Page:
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‘Hearthstone’: Competitive card games are back

Steve Perotti, TSV Opinions Editor

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Blizzard, arguably the most dominant developer of computer games in business today, has added a new game to their stable of champions: Hearthstone. While still in its beta phase of testing, the waves being stirred up by this online competitive card game are rising higher and higher on a daily basis, and for good reason.

The working title of the game, Hearthstone: Heroes of Warcraft, emphasizes content connections between this newest addition to Blizzard’s roster with the prototypical massively multiplayer online (MMO) game, World of Warcraft. Blizzard, which is credited with shaping the MMO genre as we know it, has taken characters from its extensive Warcraft mythos and created a very entertaining and highly addictive competitive card game in which players choose between nine heroes from Warcraft’s storied history.

Each deck, and the hero linked to it, is based upon a particular style of gameplay. Each has its own particular strengths and weaknesses, and there are cards that can only be used by one type of player. If a player decides they want to play as a shaman, they will pick the character Thrall (the former warchief of the horde) and build a deck from two specific sources: The cards available in the shaman deck, and the cards available from the neutral deck. The more you play Hearthstone, the more cards are unlocked.

In the beginning of the game there is only one deck that is available, the mage deck. The face of the mage deck is Jaina Proudmoore, one of the Alliance characters from the Warcraft series. Players are required to play against every type of deck in the game in order to unlock said decks for future use. So if you want to be able to play as Grommash Hellscream’s warrior deck, you have to play against it and defeat it. Once a deck has been unlocked there are a limited amount of cards available from the get-go. In order to complete the “basic” collection for each deck, players will have to use each deck a number of times in order to “level up.” Once a player has reached level 10 with a particular deck they will have access to every basic card in the deck’s repertoire. But this wouldn’t be a Blizzard game without an obsessive catch.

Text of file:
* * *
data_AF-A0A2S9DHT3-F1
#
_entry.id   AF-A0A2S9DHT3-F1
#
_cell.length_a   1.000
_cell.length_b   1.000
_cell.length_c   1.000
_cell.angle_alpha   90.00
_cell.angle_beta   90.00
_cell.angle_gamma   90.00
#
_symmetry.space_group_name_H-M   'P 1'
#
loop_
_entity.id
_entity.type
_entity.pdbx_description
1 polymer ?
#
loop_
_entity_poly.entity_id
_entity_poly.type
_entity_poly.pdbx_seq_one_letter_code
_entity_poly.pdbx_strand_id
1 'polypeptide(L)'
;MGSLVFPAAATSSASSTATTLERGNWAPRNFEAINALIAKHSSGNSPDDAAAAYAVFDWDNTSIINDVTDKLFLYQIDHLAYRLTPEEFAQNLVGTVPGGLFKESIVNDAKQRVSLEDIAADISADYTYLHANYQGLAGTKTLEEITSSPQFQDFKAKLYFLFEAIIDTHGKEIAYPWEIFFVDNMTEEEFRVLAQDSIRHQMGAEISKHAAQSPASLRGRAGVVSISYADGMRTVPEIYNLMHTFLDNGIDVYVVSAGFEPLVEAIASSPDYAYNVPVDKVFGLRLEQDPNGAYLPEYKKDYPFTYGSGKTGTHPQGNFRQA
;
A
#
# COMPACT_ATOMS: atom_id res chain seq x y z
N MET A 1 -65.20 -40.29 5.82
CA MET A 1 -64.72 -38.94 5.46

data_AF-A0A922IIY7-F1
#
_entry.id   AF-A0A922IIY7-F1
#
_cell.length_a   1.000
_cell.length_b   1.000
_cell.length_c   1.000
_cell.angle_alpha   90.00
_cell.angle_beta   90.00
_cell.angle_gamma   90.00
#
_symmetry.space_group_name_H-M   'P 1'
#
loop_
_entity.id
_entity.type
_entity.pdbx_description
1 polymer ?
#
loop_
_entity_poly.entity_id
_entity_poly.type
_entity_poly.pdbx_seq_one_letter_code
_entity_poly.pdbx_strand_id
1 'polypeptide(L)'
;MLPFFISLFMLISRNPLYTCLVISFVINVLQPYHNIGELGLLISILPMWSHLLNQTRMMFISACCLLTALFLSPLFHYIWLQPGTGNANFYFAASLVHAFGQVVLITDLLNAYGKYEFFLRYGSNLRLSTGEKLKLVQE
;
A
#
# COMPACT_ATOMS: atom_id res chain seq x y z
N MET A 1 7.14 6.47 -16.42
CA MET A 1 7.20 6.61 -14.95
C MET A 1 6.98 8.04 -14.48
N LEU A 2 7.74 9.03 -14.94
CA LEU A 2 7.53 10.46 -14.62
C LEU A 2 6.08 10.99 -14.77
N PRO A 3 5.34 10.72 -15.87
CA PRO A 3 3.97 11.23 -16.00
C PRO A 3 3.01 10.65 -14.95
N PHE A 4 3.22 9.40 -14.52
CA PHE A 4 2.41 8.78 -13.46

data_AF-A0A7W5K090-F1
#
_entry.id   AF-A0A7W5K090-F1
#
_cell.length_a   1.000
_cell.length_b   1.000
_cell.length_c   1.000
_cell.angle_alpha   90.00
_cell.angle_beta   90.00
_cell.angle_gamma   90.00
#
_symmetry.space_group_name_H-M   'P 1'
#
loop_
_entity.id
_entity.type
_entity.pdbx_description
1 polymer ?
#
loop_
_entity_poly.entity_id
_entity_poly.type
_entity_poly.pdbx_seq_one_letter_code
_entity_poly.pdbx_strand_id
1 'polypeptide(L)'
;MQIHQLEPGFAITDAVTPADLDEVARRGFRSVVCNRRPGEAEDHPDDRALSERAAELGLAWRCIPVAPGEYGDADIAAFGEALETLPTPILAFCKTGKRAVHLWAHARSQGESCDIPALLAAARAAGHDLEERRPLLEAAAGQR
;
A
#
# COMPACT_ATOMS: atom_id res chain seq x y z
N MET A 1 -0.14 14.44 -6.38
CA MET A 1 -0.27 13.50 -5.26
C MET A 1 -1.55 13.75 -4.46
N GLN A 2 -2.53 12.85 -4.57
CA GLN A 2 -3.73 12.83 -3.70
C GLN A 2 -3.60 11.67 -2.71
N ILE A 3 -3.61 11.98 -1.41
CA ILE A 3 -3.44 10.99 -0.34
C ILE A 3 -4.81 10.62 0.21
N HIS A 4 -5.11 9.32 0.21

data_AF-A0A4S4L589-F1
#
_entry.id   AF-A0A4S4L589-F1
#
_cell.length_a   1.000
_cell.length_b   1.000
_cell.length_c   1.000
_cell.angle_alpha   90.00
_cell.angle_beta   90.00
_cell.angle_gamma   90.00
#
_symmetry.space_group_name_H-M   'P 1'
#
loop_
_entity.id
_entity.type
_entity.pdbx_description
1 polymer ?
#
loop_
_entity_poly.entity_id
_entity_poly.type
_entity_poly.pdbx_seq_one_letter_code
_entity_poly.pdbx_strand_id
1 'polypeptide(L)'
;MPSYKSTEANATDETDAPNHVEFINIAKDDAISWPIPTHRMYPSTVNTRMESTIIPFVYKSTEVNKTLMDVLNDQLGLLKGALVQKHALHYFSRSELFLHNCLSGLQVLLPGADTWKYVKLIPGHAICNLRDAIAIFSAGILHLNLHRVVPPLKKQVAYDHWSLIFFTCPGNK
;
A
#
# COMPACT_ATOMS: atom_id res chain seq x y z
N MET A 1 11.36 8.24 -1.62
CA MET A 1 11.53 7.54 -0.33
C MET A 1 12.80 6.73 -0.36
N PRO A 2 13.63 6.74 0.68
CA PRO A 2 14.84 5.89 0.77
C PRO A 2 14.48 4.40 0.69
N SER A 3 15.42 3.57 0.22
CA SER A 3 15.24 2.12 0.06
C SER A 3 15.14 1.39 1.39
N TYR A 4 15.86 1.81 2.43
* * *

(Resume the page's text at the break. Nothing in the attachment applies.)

Along with the “basic” cards in the game there are “expert” cards. These can be obtained in a number of ways. Packs of five can be purchased in-game with “gold” won from completing daily challenges, or purchased via microtransactions from Blizzard’s battlenet web site once a credit card has been put on file. There are a total of 446 cards in Hearthstone, ranging from the ever-present common cards to the highly sought-after legendary cards. One of the benefits of the game is that you can “disenchant” cards that you don’t want to keep and you’re rewarded with a set amount of “arcane dust” for destroying said card. Once enough dust has been saved up it can be used to craft a new card. The dust received for destroying a card ranges from five to 400, while the cost for crafting a card can range from 50 to 1600.

When all is said and done, Blizzard has done an amazing job with Hearthstone. Since the game is still in its beta phase, there are still changes being made to gameplay and card values, but this does not take away from the overall experience of the game. Fans of the Warcraft series, as well as those familiar with Magic: The Gathering, will not be disappointed with this game.

But be warned, the money spent on buying card packs adds up very quickly.

 

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‘Hearthstone’: Competitive card games are back